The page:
Don’t You Get Tired of Pouring?

The other night, one of our regular guests asked me, “Don’t you get tired of pouring things?” which kind of amused me.

But it also reminded me, I never did a round up of the writeups I did for ‘Cocktail’ Boothby’s “Ten Commandments for Bartenders” a couple years ago.

So after working as a bartender 3 nights a week for the last 9 months or so, has it afforded me any added perspective for these ‘Commandments’?

Boothby’s Ten Commandments for Bartenders

I. Always be on time to relieve the other watch. It is a good plan to make a practice of arriving a few minutes early so as to arrange your toilet and step to your station on time.

I stand by everything I said in the previous post, but will also add, you should not only be on time, but also have eaten before your shift. Seems a little odd to say you should eat before going to work at a restaurant, but the fact of the matter is, if the restaurant is busy, you may not get to take your break until nearly close. There is nothing uglier than the freak out caused by a lot of caffeine and a little booze on an empty stomach.

II. See that your finger nails are always clean and your person presents a tidy appearance.

Nothing new to add here, bartending is a minor adjunct to the performing arts, your appearance and carriage is as important as your ability to make drinks.

III. Always appear pleasant and obliging under all circumstances.

When I arrived one night, my boss called me to say that the other person who normally worked couldn’t make it. I would be on my own for the course of the evening. His comment was, “You’ll probably go down in flames, but the most important thing is to go down in flames gracefully.” The ability to keep your composure and grace under just about any situation is one of the most important skills you need to develop as a bartender. If you lose that, you lose the people on the other side of the bar.

IV. Avoid conversations of a religious or political nature.

As a performer, you don’t always get to choose your own lines. Something I might say to my wife, or language I might use with my friends may not be appropriate, or may even be offensive, to some random person who has come in to the bar for a drink. Gauge your situation and choose your words carefully. As a bartender you are setting the tone for the room.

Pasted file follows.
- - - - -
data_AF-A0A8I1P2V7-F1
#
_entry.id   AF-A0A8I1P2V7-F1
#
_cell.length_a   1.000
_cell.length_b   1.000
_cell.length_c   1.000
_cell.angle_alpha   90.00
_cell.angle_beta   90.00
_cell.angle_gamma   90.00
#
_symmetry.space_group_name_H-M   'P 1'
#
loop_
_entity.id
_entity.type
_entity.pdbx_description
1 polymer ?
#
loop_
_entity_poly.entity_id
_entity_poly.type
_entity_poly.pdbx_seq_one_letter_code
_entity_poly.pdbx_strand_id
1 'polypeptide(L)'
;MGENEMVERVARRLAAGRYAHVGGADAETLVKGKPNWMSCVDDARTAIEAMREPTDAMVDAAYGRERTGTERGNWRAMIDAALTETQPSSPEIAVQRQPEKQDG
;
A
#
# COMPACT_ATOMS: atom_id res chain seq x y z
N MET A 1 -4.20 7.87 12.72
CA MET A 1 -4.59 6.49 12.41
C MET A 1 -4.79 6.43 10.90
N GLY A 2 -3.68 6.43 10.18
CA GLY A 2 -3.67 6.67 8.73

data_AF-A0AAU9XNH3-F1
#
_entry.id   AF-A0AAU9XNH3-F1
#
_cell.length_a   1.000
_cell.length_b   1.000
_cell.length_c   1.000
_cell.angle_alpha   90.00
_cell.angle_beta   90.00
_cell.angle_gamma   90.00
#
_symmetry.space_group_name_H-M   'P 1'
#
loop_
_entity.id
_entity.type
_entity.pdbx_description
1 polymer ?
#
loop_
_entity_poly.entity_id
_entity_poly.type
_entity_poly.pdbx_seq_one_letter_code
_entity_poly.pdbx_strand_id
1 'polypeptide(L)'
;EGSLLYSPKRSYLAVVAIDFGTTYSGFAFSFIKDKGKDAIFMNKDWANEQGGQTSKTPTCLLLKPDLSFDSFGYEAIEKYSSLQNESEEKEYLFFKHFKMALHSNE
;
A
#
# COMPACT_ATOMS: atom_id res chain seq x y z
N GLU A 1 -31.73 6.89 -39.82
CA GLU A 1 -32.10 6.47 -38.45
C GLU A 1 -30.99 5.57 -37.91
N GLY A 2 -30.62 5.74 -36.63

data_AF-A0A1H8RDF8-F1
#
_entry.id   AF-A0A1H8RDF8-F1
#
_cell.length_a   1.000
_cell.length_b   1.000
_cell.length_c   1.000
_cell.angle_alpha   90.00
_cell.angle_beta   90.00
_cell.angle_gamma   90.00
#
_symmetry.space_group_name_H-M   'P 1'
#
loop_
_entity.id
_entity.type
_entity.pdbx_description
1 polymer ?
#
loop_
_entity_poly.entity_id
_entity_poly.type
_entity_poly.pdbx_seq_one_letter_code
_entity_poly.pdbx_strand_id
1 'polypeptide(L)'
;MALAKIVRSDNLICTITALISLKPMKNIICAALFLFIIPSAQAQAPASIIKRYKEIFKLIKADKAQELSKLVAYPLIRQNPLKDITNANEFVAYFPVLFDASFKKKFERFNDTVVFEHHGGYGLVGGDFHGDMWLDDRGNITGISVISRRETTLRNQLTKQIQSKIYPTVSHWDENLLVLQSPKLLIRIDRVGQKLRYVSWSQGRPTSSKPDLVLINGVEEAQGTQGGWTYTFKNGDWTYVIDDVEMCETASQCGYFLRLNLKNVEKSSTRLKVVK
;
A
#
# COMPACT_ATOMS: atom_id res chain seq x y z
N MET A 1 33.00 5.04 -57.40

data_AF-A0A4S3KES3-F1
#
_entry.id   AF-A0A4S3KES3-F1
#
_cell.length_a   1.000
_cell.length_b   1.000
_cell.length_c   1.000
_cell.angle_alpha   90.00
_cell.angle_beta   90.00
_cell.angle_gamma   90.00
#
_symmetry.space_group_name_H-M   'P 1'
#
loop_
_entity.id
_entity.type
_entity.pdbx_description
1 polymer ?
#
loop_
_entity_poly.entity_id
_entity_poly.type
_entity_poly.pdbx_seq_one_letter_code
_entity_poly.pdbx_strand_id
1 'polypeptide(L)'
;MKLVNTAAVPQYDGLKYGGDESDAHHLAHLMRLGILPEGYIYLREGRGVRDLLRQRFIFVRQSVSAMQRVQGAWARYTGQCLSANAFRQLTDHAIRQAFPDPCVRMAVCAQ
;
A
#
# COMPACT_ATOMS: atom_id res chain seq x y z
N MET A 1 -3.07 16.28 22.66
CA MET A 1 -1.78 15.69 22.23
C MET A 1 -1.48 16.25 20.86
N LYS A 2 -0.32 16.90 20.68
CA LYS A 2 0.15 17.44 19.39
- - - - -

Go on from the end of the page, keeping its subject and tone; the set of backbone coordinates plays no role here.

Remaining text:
V. When going off watch always dry and polish all the glassware and tools which you have used on your watch, and see that everything is in its proper place, so that your relief can work to advantage as soon as he arrives at his post.

You are part of a team, even if you never see the person who works the next day. Show them the respect they deserve by doing your job completely.

VI. Sell all the liquor you can, but use as little as possible yourself.

Different bars have different rules and cultures regarding drinking on the job. In some states, it is even illegal to have drunk within hours of going to work, let alone on the job. In San Francisco, there is no such law, so we are left to make our own choices. One of my coworkers said, “I don’t like to drink while I’m working, it messes with my time management skills,” which totally makes sense to me. If you are serious about the job, you need to know your limits and stick to your own rules.

VII. If you are troubled with sore feet, bathe them regularly. Avoid patched or ragged hosiery, and wear a comfortable shoe with a heavy sole. Light soles, low cut shoes or slippers should never be worn behind a bar.

I’ve gone through a bunch of different shoe and sock choices since I wrote this up originally. The above still makes sense, you definitely need a shoe with good arch support and a non-slip sole to be on your feet for 8 hours a day several days a week. I’m currently wearing Red Wing 607 6″ Boots and Woolrich 10-Mile Over-The-Calf socks.

VIII. Keep the floor behind the bar as dry as possible. It not only looks better, but you will find your health greatly improved by following this rule. Many bartenders contract rheumatism, neuralgia and many other serious complaints through carelessness in this report.

As far as health goes, still not sure about the wet floor, but you do need to keep yourself flexible and in pretty decent shape to avoid injury. Lower Back, Shoulders, Elbows, and Wrists are definitely the pain points. Keep those muscles flexible and in shape.

IX. After using a bottle or tool always replace it before doing anything else. Make this a rule that should never be broken; and, when you are rushed with business, you will never be compelled to hunt for this or that, but you will always know just where it is.

I still don’t have much to add to Andrew Bohrer’s eloquent post, “Get your fucking mise in order!” Go read it again.

X. After a party has finished drinking, remove the glassware from the bar as soon as possible, and dry and polish the bar top immediately, never allowing a particle of moisture to remain. This is a very important rule.

Again, I don’t have much to add to my previous post, but this quote from Philip Duff sums up much of what I have learned in the last 6 months, “I love taking care of people in a way that goes beyond drinks.” ‘Nuff said.